Willa Cather's O Pioneers !

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Willa Cather’s’ novel O Pioneers! (1913) Indicates a perfect example of the Romanticism of the 20th century. Pioneering, as we all know, has shaped the United States as it is today. But why did this age stand out from the rest? In order for survival during this pioneering age, Cathers’ main characters rely on their gut feelings. Cather gives a reader the taste of the present lifestyle and points out the faults of people who are not willing to trust their own self. While people are criticized for their failures, many people tend to lean towards the easy way out, which is to roll with others. In this novel, Cather provides the main character Alexandra with the unique personality, exposing her success from the extent of trusting a gut feeling…show more content…
The first type includes the ones who fight the land. With the struggle of farming, some of the homesteaders pressure the land and try to shape it. Other types of characters, Cather describes as cowardly, yet she includes the brothers thoughts in her description to signify that these cowards are smart for leaving the territory considering there is no opportunity on the land. Alexandra Bergson, Cather’s strongest and main character, is one of the few who succeeds by staying because she puts her faith in her father’s property. She is the type of character that works with the land rather than against it. In preserving the importance of having a feeling towards this land, she is able to succeed. The narrator explains the importance of Alexandra’s role with the land by stating, “For the first time, perhaps, since that land emerged from the water geologic ages, a human face was set towards it with love and yearning”…show more content…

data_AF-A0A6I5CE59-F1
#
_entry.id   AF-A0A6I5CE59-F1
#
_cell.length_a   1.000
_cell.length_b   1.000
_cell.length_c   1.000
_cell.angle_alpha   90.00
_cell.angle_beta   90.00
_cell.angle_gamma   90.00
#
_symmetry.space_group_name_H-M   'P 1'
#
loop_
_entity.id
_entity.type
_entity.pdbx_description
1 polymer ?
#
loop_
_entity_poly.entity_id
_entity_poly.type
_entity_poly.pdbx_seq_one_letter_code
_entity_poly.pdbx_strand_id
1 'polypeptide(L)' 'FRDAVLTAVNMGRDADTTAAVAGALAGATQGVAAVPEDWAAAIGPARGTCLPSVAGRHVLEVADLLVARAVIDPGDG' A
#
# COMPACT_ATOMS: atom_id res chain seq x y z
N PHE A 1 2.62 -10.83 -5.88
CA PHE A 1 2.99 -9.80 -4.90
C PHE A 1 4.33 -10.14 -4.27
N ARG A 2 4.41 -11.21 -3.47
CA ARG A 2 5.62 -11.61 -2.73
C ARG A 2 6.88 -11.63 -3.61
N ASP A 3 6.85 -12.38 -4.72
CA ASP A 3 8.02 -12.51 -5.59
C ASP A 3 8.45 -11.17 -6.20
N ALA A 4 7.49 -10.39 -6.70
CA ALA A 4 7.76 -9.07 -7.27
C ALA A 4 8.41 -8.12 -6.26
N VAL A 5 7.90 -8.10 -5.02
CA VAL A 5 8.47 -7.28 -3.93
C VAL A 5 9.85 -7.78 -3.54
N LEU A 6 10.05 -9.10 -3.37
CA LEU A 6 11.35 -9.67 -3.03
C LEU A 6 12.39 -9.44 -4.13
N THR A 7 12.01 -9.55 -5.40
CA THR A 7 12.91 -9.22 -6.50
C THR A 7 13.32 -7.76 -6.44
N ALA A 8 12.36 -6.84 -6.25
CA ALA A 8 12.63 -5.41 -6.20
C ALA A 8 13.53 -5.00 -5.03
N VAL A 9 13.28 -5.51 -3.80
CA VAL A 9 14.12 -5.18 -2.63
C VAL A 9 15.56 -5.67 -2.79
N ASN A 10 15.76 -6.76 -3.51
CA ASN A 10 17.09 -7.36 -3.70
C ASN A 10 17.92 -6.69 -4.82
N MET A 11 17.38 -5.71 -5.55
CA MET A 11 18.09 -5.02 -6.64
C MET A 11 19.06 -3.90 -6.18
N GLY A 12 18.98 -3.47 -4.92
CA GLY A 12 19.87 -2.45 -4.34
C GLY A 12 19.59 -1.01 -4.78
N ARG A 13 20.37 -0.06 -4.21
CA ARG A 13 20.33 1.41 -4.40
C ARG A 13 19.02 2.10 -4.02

Cather uses gut feelings to describe the characters Emil and Marie. Marie and Frank Shabata used to have a healthy marriage. It was clear from the start that Maries father did not approve of this relationship, feeling that it would not last. Her father was a stern old man who disapproved of the engagement between Frank and Marie stating, “Why don’t he go to work like the rest of us did” (56). In the end, the old man was right. Marie would fall in love with someone different than Frank as stated in the scene lying next to Emil just before her death, “I was dreaming this, don’t take my dream away”

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